A Quick Review Of What I Read in 2009

Ok, these aren’t the deepest reviews, I admit, but if you just want an  impression of a particular book from a random stranger, and you appreciate brevity (because you could have Spark Noted it or gone to the Wiki) you came to the right place.

Candide – Voltaire.  Downright disturbing.  The illustrations in the edition I read magnify the creepiness.

The Master and Margarita – Bulgakov.  I think you need to be Russian to understand all the cultural references.  Closest comparison to something else I’ve read is the Gods, the Little Guys and the Police by Roberto Costantini.

The Gods, the Little Guys and the Police – Costantini.  If you like Greek mythology and magical realism and are interested in the period of the dirty wars in Argentina in the mid 70’s and early 80’s, pick up this little masterpiece.

Democracy Matters – Cornell West.  Because democracy matters – or at least it should, especially relevant now as our nation seems as divided as ever.

The Magic Mountain – Thomas Mann.  A masterpiece.  I sipped this one sentence by sentence like a fine port wine and it took me about 4 months to complete.

The Complete Sherlock Holmes Volume II, started in 2008, but I can only read one or two stories at a time.   I think I like Doyle’s writing style more than the adventures…or maybe I have ADHD.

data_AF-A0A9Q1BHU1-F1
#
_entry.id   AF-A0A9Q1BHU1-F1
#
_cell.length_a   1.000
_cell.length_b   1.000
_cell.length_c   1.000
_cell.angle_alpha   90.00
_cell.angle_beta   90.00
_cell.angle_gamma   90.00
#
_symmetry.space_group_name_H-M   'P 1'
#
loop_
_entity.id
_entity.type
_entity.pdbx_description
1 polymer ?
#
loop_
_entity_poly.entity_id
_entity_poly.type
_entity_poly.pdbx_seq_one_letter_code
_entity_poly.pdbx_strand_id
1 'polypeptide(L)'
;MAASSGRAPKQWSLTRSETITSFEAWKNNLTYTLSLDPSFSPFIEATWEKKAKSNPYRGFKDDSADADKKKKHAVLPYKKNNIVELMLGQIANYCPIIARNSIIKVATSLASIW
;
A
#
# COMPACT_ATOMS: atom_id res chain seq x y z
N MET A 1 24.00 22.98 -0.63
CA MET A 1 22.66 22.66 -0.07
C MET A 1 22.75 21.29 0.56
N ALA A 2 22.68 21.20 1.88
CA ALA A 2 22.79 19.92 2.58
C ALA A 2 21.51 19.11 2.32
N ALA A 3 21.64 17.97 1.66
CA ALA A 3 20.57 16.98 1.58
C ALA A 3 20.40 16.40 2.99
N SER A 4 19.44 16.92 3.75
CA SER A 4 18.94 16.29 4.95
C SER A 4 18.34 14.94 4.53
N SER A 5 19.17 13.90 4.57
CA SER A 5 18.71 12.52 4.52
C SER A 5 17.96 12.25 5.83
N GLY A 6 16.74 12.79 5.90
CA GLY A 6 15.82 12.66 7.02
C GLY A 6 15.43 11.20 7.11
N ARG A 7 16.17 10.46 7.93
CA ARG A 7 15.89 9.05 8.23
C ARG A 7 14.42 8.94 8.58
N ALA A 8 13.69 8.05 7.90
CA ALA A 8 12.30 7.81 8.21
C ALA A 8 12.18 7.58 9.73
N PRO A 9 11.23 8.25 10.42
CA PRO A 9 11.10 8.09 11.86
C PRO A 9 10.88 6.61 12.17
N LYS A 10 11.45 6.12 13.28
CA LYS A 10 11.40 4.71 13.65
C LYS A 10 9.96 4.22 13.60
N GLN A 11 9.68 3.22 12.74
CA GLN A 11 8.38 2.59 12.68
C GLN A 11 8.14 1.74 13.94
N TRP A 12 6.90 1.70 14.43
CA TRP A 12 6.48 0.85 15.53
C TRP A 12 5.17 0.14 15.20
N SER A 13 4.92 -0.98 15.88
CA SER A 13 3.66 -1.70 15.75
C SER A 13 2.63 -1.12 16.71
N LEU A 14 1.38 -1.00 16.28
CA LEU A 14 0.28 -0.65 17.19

The Civil War, A Narrative Red River to Appomattox by Shelby Foote.  I started the third in the series in 2008 and am only on page 390 with 670 to go.  I pick up this book every couple of weeks and try to read ten pages or so, but with all the battle strategy minutia, I tire quickly.  I keep plodding along because Foote occasionally pens a memorable line or sketches a fascinating  psychological profile of one of the principle figures.  It may take me another 2 years to complete the book, or 20.

A Must Read Bengali Novel: Pather Panchali

I’ve read books about Indian history, books set in India and a book on the life of Gandhi, all written by outsiders.  V.S. Naipaul’s India, a book I just completed, is a critical look at post-colonial India in the 70’s.  Naipaul, a Hindu born and raised in Trinidad traveled to India in 1975,  during a State of Emergency that would last for three years, to chronicle a country struggling with social and political unrest under Prime Minister Indira Gandhi.  Naipaul writes of a crippling caste system which preserves and perpetuates poverty.  He gives an unflattering critique of the Hindu concept of dharma (truth to oneself) that he believes has prevented India from breaking the chains of colonial oppression and launching a cultural and technological renaissance.  While I don’t have the expertise to weigh in on the issue, I can say with some certainty that the India of today is not the country it once was in the 70’s and that Naipaul’s premise seems to have been proven wrong.

I’ve read E. M. Forster’s, A Passage to India and Kipling’s Kim, set in Lahore, then a part of India prior to Independence and the Partition of Punjab.   Both novels written by Englishmen capture a period of time in India during British colonial rule.